Emily Straus (Sr. Manager, Integrated Marketing, Dr. Squatch) 46:31
I mean, there also is like a whole side of our Instagram where everyone's just like, can I eat the soap? Can I drink the haircare? I'm sorry? Yeah.
Mariah Parsons 46:41
It's the wild, wild west a little bit along with that. But you know, like, I don't know what the actual ratio is. But like every, hopefully, one to one where it's like wild, wild west, and then also credible, helpful information. Yeah. That's awesome.
Mason Montgomery (Associate Director, Product Development, Dr. Squatch)) 46:59
I mean, honestly, jokes like that, though, have been such like, I don't know, when you talk about retention. Like there's such an aspect of our brand that I mean, for lack of a better word, that's a little culty. Like they're, they're really obsessed Doctor squash bands. Like, I've seen people post photos and like the Facebook group of like, a pyramid of deodorant that they bought, like, they've never gotten that much deodorant and their whole life, really. But it's, it's something where it's like, you think of that element of the brand. And people like making jokes about using the soap for years and years and years, because it smells so good. And then we have to be like, as a brand like, no, don't eat the soap. Like,
Mariah Parsons 47:35
please don't do that.
Mason Montgomery (Associate Director, Product Development, Dr. Squatch)) 47:37
Like, there's just that that level of, I guess it's maybe like, real, like honest engagement with our customers, both on the education side, but on the joking and humor side that I do creates this, like sense of community that like does retain customers for longer. And, you know, like I mentioned, I worked on a range of like, really well known mass brands before coming to Dr. Squatch. And none of my I had access to free product all the time at Unilever, like none of my friends, like switched to st items, because I was working on St. Ives. I have like half a dozen maybe even like a dozen friends and family now who are always like, where's the next squash products? Like, can you bring some hope like, everyone loves it, and like they feel like they're a part of something. And, you know, I, I had been an Old Spice man, my whole life and like had never changed even when I was working at Unilever and dove and these other products. And then we weren't sure you know, Dr. Squash he had written me not just myself, but also my wife and like some of my best friends have like been using doTERRA for years now. And it's just I think there's something to say for that too. You have like, the brand is fine. The brand is honest. And like that also keeps people feeling like they're a part of something that they want to keep purchasing.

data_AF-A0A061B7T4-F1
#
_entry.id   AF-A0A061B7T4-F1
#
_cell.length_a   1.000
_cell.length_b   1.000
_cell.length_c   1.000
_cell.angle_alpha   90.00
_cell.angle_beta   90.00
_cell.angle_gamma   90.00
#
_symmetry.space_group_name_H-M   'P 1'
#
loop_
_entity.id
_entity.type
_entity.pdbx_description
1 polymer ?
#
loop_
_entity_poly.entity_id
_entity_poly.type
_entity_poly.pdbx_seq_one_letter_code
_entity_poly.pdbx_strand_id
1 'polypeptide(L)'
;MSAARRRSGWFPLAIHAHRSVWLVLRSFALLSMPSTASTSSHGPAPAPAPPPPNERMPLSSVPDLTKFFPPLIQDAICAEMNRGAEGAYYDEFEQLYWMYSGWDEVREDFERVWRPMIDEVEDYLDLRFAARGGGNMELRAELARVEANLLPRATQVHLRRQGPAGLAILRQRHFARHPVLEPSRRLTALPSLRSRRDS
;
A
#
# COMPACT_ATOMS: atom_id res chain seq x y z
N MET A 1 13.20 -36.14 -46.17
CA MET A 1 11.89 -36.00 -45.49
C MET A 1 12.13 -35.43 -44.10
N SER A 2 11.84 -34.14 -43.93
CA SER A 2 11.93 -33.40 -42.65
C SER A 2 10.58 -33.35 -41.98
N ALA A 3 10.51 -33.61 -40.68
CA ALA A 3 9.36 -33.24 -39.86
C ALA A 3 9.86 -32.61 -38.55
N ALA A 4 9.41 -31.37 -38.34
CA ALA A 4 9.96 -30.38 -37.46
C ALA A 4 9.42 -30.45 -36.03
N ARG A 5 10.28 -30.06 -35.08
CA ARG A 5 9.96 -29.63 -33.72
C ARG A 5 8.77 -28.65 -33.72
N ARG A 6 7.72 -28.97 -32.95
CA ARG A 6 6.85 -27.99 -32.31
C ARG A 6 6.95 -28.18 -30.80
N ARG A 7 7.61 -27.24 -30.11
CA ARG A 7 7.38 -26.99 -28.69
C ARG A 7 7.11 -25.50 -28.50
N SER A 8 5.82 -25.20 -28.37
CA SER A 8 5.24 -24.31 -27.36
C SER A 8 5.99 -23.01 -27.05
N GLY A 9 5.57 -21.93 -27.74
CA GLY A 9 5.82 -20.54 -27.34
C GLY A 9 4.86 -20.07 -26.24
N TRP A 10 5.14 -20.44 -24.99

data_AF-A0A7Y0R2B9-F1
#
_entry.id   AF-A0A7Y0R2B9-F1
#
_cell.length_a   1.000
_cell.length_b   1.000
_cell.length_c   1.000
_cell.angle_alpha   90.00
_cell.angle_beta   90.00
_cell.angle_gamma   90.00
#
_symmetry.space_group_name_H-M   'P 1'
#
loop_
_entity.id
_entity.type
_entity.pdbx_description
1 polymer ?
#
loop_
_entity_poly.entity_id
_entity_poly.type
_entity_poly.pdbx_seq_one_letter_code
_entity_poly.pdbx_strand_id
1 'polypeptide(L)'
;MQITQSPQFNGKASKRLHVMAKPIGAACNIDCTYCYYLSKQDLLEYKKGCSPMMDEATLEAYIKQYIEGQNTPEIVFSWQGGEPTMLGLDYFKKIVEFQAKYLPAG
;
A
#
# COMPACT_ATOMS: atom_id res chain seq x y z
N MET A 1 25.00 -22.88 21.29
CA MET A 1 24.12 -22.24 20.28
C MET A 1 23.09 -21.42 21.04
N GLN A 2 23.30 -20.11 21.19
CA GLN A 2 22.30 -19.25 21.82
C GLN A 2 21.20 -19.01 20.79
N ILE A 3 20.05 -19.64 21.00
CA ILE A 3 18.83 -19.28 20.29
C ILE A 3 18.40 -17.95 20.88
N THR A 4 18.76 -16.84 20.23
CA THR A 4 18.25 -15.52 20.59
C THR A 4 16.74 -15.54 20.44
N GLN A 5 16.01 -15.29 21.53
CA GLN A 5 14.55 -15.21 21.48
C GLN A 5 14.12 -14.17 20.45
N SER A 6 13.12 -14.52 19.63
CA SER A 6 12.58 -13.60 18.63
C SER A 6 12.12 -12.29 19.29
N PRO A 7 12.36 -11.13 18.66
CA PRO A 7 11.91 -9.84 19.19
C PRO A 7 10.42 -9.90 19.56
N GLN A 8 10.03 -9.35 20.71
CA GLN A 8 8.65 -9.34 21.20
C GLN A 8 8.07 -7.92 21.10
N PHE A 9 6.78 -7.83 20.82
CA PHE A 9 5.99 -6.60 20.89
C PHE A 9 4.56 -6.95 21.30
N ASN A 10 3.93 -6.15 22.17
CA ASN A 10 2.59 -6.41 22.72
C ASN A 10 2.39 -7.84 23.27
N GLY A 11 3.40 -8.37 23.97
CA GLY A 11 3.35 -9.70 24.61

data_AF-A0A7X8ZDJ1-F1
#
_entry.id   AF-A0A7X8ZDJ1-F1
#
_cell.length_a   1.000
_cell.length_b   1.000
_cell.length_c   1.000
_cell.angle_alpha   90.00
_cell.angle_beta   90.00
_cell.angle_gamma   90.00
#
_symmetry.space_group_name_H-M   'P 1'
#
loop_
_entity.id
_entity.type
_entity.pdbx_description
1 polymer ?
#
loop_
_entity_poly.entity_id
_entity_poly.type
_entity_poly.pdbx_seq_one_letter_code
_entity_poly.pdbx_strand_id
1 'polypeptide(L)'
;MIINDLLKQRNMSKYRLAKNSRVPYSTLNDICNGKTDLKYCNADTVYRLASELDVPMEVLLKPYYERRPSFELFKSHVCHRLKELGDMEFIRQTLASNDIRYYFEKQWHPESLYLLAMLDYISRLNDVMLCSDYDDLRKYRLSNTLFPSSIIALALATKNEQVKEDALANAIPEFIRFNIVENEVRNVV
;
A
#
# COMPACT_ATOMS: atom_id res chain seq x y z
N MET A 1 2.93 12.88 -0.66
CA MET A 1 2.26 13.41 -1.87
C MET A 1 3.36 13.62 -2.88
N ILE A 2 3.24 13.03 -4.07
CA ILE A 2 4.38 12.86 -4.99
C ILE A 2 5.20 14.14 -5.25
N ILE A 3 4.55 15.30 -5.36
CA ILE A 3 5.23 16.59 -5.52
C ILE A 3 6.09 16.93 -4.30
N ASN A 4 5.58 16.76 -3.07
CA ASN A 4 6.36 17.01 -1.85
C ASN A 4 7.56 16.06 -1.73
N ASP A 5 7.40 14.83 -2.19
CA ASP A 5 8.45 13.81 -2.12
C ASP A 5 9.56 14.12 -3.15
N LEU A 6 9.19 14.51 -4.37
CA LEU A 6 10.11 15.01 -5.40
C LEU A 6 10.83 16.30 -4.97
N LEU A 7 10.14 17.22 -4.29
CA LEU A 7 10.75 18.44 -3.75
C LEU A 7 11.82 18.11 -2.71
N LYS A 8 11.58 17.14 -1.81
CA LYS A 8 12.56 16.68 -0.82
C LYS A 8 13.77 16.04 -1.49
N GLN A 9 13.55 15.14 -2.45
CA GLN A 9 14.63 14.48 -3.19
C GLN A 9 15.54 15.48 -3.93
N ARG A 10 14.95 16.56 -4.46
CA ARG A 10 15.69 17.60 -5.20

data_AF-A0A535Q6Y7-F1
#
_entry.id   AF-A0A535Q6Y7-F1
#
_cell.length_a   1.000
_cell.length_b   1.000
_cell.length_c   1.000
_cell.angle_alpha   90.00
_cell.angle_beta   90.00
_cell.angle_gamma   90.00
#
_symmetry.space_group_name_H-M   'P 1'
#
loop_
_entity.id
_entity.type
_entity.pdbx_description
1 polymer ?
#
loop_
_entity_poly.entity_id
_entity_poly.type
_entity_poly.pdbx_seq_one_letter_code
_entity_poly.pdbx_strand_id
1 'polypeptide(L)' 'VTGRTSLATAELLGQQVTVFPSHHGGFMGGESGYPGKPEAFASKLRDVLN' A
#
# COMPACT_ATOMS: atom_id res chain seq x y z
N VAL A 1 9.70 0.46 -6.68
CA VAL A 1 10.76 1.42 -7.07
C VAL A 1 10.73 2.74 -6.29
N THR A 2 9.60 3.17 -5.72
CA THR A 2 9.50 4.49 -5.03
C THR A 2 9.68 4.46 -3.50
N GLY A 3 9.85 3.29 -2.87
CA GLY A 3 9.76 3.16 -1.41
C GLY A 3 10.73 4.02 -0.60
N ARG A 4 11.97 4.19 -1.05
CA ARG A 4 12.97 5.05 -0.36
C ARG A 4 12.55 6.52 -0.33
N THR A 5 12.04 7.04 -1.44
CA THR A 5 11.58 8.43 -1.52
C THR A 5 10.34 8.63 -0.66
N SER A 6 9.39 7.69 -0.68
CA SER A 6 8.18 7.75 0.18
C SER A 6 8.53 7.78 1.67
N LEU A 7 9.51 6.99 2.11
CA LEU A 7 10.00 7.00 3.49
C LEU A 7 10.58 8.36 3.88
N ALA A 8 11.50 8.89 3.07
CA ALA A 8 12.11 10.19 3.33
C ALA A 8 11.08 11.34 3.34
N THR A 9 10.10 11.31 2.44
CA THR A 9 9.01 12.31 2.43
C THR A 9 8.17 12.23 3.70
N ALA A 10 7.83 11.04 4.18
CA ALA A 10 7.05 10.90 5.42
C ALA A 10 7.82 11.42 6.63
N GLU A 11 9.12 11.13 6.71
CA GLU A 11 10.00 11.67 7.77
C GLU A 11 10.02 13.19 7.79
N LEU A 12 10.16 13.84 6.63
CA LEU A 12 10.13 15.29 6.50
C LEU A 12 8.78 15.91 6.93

Mariah Parsons 48:50
Yeah, I love I love that. So you basically need that pyramid of deodorant so you can give it out to all your friends and family. Sounds like you're already you're already on that motion. Um, yeah, I think it's, I think that's what it comes down to a lot of the times I find like some of those inexplicable just like moments of connection with a brand and then a consumer, which is obviously very difficult to like, be able to try and pinpoint like, what that even means or what it means to a customer what it means to a brand. In those like moments that you can laugh and see like okay, this is what the community is like, like you have inside jokes and you have people who are in this Facebook community like whatever helping each other like it laughing with each other. It's really fun and special and I feel like the deed like the it's in from a consumer point of view like even outside of working in the space of E comm. It's like that is what a like a trademark or like a stamp of a DTC brand is where they have that like loyalty or they have that fun brand behind them that people also connect with If and continue to buy from that brand because of like the community that it offers or the education or the last that it offers whatever reason they stick by. Yeah, so I love that. Emily, anything you'd add before we wrap up this amazing episode? Any any pyramids of deodorant that you've seen on Instagram? Oh my god so many
Emily Straus (Sr. Manager, Integrated Marketing, Dr. Squatch) 50:22
I mean, I have like a, I have my own pyramids like I have all of our limited edition soaps like that we've ever launched in both new and old branding. And like a bookshelf and I always add to it and it's like getting a little bit overwhelming but I'm I feel like one of the one of those people, I feel
Mariah Parsons 50:40
like even going
Emily Straus (Sr. Manager, Integrated Marketing, Dr. Squatch) 50:43
you'll see like all of our like backgrounds on Zoom or like bookshelves of Squatch. Like,
Mariah Parsons 50:47
so that's so cool. Yeah, turn it into interior design. There you go. I love it. Well, this has been such an amazing episode. I'm sad that we've already gone through the hour, which is crazy. But thank you both so much for making the time. It's always fun to have people on the podcast, getting to connect with others, and mainly giving them a platform for you all to share with our listeners and provide so much value. So really thank you for taking the time to do so today. It's been amazing.
Mason Montgomery (Associate Director, Product Development, Dr. Squatch)) 51:17
Thanks for having us.